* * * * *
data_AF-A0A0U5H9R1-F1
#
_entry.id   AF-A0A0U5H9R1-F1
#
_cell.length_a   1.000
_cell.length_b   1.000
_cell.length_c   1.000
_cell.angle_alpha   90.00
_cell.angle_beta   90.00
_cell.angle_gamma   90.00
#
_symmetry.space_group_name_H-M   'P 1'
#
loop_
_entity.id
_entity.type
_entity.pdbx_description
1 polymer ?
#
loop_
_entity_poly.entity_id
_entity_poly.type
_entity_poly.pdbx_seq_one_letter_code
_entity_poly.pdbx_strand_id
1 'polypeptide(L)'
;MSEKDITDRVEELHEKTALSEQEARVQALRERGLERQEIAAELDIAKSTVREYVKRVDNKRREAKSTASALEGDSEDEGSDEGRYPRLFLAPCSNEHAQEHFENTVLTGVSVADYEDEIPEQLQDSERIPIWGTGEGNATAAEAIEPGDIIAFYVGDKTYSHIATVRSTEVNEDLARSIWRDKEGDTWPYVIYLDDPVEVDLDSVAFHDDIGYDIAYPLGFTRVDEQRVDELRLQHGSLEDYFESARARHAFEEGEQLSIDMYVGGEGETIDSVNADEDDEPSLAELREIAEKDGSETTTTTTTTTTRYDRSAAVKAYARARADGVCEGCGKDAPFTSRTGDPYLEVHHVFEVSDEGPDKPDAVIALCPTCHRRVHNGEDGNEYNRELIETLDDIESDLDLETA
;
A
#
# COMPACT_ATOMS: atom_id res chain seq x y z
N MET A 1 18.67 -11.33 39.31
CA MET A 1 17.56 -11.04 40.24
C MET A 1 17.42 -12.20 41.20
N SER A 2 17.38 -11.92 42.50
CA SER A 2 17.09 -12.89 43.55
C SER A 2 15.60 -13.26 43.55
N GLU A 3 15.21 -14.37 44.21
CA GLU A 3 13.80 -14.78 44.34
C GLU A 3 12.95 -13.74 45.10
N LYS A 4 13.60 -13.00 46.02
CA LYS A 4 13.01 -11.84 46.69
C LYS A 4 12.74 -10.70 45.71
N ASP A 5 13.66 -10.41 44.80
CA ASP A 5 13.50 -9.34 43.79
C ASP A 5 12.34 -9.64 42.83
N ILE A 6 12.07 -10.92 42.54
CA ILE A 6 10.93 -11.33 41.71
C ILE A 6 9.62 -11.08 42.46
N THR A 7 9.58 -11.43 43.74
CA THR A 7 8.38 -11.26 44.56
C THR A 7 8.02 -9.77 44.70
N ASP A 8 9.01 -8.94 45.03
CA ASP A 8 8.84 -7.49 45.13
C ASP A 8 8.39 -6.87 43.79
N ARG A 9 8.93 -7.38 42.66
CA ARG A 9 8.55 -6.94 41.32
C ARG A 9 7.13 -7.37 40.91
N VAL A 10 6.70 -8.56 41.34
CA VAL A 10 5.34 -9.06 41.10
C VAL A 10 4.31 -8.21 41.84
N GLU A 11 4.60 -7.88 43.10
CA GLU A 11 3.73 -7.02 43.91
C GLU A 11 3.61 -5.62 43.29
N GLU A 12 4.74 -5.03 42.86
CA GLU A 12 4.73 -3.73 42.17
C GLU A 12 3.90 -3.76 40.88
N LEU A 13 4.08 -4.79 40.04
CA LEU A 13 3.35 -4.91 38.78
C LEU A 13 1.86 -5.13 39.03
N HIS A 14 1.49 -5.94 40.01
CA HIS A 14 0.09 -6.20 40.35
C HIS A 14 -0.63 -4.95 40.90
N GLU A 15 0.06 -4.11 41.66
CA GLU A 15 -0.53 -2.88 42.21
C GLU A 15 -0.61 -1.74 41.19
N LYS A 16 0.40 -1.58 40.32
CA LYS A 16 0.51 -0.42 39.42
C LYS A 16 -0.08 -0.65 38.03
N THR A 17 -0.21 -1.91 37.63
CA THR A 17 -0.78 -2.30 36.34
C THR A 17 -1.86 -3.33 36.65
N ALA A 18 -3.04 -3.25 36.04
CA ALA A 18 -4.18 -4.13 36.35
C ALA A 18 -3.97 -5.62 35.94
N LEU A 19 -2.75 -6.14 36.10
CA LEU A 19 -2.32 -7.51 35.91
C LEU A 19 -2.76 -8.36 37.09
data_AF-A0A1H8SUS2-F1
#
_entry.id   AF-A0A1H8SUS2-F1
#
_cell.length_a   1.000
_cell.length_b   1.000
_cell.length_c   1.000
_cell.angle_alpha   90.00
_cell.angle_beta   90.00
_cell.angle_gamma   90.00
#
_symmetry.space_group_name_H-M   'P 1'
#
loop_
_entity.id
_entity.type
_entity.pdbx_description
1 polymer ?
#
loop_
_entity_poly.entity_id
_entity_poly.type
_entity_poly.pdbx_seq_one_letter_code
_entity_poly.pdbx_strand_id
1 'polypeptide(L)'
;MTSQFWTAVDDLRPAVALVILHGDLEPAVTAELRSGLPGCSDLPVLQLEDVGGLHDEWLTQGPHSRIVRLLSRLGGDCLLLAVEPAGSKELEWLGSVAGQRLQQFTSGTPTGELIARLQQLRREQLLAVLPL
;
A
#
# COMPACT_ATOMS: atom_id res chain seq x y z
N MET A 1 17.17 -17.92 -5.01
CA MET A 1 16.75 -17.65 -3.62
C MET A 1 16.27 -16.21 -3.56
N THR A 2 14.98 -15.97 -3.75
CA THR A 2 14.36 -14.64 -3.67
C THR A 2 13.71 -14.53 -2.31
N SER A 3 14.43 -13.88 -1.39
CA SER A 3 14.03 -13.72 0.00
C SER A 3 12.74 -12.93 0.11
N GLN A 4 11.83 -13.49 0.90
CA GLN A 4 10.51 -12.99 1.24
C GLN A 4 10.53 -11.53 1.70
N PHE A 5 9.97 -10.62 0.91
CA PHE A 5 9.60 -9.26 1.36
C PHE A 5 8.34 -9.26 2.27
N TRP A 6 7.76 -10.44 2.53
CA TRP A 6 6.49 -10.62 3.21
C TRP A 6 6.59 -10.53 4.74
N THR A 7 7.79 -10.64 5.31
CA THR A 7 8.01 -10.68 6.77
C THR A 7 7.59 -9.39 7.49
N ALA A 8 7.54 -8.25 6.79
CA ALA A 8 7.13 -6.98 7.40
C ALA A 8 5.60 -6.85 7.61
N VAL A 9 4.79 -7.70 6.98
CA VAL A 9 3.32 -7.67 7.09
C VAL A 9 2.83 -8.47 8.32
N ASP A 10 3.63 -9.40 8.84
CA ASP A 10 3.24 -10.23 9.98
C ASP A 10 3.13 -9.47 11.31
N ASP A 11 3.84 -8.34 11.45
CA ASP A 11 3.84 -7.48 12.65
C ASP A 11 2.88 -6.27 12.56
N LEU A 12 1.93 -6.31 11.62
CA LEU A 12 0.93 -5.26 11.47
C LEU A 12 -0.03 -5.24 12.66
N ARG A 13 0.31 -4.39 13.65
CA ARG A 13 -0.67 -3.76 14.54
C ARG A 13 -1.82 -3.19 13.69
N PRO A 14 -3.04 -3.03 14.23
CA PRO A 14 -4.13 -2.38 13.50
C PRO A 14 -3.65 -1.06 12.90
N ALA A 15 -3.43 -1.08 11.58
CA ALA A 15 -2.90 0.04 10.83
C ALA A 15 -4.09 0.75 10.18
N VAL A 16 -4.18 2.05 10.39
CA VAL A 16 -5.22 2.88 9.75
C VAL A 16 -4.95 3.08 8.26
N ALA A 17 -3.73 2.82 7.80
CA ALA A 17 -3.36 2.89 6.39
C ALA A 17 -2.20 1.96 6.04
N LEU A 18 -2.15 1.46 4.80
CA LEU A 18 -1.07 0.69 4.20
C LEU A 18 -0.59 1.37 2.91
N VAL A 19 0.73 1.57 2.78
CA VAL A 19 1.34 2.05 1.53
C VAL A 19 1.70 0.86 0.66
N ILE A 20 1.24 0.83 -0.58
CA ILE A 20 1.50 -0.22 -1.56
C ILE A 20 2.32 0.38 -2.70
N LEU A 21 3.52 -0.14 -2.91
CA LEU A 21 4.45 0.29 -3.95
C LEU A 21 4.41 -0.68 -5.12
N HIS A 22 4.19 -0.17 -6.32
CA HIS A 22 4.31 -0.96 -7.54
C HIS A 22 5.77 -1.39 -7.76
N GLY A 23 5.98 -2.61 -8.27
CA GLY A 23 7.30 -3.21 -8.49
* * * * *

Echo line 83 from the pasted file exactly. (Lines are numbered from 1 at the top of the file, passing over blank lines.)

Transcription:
CA ALA A 18 -4.18 -4.13 36.35